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Facilities 50, 2013 Back to Reports & survey Listing

Post technology never stands still as 2014’s list of tech trends reveals cloud-based working and 4K are likely to dominate the year ahead

The Cloud

One of the latest technological advancements to really start making an impact on post production (and production in general) is cloud-based working. It’s a fast-growing area with new and increasingly innovative ways of exploiting cloud-based technology being offered by a vast array of media technology and IT companies.

Almost all post houses single out ‘the cloud’ as a huge potential trend for the coming year. On the whole the feeling is it’s a positive development, although not everyone is convinced cloud-based working is good news for the post industry.

“We believe 2014 will see an increased interest in media asset management services as they develop from being a localised product available to all within a given facility and begin being offered as a cloud-based product,” says Scott Holmgren, md, Clear Cut Pictures. “Searching and viewing content, including archived masters and rushes, available to anyone with an internet connection offers greater creative flexibility and potentially time and cost savings.”

“Further developments in cloud-based services have meant the industry is slowly starting to adopt new ways of working in this area,” adds Anna Mallett, CEO, BBC Studios and Post Production.

“It’s finally all about the cloud,” agrees Paul Austin, head of post production, Dock 10. “We’ll see the rise of Avid Sphere, Adobe Anywhere, CentralParQ, etc, and I’m also interested to see what FORscene do with their recent financial backing. Cloud-based remote editing offers a tangible solution to making the post budget work for all parties.”

Hogarth Worldwide’s post production supervisor Daniel Buckley is predominantly enthused by the potential of Adobe’s recently launched Anywhere service: “The release of Adobe’s cloud-based, collaborative editing system Anywhere is a really exciting development in the move towards a cloud-based editing system. I think we are going to continue to see the shift towards post production workflows that centrally store assets in a cloud environment and allow artists and operators to work collaboratively and with greater flexibility.” On top of this, Buckley believes, “Adobe’s new subscription/licensing model with creative cloud is also a model we are going to see other companies adopt in the near future.”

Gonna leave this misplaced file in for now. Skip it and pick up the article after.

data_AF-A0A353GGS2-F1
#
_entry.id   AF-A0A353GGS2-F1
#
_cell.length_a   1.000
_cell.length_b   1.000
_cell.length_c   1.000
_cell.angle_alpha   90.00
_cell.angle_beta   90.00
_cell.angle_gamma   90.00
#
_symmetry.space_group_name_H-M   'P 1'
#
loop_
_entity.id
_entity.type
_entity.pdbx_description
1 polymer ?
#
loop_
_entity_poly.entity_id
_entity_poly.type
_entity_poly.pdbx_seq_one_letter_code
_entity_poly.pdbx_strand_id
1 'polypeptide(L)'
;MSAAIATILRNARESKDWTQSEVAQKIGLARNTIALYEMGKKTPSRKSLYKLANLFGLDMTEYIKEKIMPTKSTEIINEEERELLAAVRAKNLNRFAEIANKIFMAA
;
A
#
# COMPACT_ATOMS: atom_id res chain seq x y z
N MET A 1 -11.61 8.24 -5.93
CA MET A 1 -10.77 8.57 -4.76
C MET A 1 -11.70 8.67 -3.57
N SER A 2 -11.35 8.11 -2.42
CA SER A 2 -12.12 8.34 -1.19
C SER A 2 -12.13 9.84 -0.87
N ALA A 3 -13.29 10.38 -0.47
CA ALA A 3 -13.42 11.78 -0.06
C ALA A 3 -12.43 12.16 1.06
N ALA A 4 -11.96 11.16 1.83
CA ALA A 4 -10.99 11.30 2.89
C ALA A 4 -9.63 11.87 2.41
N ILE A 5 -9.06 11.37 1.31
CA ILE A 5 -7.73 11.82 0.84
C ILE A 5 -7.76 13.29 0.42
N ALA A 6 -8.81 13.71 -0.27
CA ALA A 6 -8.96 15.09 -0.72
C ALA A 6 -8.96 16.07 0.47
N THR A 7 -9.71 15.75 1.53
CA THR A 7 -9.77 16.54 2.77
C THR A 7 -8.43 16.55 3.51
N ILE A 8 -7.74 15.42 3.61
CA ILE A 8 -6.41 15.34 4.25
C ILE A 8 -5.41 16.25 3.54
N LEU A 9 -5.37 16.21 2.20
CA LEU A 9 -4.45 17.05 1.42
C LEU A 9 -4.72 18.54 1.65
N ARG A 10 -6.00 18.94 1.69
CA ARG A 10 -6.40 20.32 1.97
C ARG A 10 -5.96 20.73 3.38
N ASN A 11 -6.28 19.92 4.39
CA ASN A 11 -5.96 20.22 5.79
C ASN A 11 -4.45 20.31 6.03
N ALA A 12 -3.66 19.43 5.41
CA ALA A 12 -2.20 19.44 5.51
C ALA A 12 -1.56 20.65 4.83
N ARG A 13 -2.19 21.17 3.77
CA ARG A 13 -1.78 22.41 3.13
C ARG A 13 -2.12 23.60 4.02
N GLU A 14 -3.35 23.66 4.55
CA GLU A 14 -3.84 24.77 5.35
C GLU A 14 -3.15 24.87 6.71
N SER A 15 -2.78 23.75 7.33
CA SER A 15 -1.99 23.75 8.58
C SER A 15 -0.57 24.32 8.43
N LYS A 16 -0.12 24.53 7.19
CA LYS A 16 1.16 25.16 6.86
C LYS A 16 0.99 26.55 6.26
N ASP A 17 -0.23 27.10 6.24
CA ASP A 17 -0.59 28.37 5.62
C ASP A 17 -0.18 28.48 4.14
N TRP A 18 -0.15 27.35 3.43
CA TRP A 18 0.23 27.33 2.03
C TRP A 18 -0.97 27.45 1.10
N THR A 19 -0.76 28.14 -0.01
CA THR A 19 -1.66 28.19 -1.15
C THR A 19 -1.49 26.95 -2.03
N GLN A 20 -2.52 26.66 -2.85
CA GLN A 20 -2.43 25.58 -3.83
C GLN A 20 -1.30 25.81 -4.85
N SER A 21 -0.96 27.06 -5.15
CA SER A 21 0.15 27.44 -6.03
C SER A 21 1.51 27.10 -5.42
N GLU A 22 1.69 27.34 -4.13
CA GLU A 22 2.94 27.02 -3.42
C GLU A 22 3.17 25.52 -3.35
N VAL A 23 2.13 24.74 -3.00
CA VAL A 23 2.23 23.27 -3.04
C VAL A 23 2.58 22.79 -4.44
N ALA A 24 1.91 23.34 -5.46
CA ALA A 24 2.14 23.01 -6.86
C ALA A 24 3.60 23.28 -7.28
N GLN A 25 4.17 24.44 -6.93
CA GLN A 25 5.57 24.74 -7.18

“Cloud-based solutions are key and being able to deliver these efficiently and cost effectively will be key,” says George Panayiotou, business development manager, Filmsat59. On a positive note, Rowan Bray, md post production UK, Prime Focus says: “We’ve seen the use of technology including cloud-based logging creating real savings in post budgets, which in turn protects the creative standards of the programmes.” Similarly, Phil Dobree, md, Jellyfish also points to “cloud-based working allowing us to reduce expensive overheads and infrastructure costs.”

However, Eben Clancy, post production director, Timeline TV sounds a word of warning: “Cloud editing feels like it’s getting nearer but no one has a business model worked out for it.” And Cara Kotschy, md, Fifty Fifty is concerned about what the likely success of cloud-based editing, asset management and post services could ultimately mean: “The rise of cloud-based editing solutions is a trend, but [if it takes off] is there a need to come into Soho any more?”



4K
The other big thing everyone is talking about is 4K/Ultra HD, despite it being relatively niché as technologies go, with most consumers pretty much unaware of the development and there being almost nothing you can watch in 4K in the home.
But, unlike 3D stereo, which even at its height always had its detractors, pretty much everyone in the industry is convinced the future is 4K. Post houses are gearing up for the widespread adoption of 4K, even though most believe 4K is some way off being adopted by consumers.